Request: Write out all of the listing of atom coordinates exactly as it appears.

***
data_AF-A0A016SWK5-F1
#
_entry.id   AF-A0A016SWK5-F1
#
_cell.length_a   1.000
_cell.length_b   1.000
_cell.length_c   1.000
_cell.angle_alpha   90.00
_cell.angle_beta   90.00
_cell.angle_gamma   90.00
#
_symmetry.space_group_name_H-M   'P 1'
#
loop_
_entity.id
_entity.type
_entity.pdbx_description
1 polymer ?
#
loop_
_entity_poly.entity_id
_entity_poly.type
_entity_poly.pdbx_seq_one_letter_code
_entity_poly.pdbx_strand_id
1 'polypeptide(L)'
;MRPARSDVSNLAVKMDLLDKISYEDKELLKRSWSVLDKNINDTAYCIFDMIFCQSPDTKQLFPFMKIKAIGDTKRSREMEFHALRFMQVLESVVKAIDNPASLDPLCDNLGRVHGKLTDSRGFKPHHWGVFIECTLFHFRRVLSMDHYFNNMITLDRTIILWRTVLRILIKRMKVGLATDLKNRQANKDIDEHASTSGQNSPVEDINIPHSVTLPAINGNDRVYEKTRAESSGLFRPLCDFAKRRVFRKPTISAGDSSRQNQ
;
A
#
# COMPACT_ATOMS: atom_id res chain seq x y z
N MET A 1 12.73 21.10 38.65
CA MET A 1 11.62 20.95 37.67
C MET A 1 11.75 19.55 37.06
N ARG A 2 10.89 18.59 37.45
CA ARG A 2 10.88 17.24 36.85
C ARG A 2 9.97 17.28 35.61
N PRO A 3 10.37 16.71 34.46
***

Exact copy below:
data_AF-A0A016SWK5-F1
#
_entry.id   AF-A0A016SWK5-F1
#
_cell.length_a   1.000
_cell.length_b   1.000
_cell.length_c   1.000
_cell.angle_alpha   90.00
_cell.angle_beta   90.00
_cell.angle_gamma   90.00
#
_symmetry.space_group_name_H-M   'P 1'
#
loop_
_entity.id
_entity.type
_entity.pdbx_description
1 polymer ?
#
loop_
_entity_poly.entity_id
_entity_poly.type
_entity_poly.pdbx_seq_one_letter_code
_entity_poly.pdbx_strand_id
1 'polypeptide(L)'
;MRPARSDVSNLAVKMDLLDKISYEDKELLKRSWSVLDKNINDTAYCIFDMIFCQSPDTKQLFPFMKIKAIGDTKRSREMEFHALRFMQVLESVVKAIDNPASLDPLCDNLGRVHGKLTDSRGFKPHHWGVFIECTLFHFRRVLSMDHYFNNMITLDRTIILWRTVLRILIKRMKVGLATDLKNRQANKDIDEHASTSGQNSPVEDINIPHSVTLPAINGNDRVYEKTRAESSGLFRPLCDFAKRRVFRKPTISAGDSSRQNQ
;
A
#
# COMPACT_ATOMS: atom_id res chain seq x y z
N MET A 1 12.73 21.10 38.65
CA MET A 1 11.62 20.95 37.67
C MET A 1 11.75 19.55 37.06
N ARG A 2 10.89 18.59 37.45
CA ARG A 2 10.88 17.24 36.85
C ARG A 2 9.97 17.28 35.61
N PRO A 3 10.37 16.71 34.46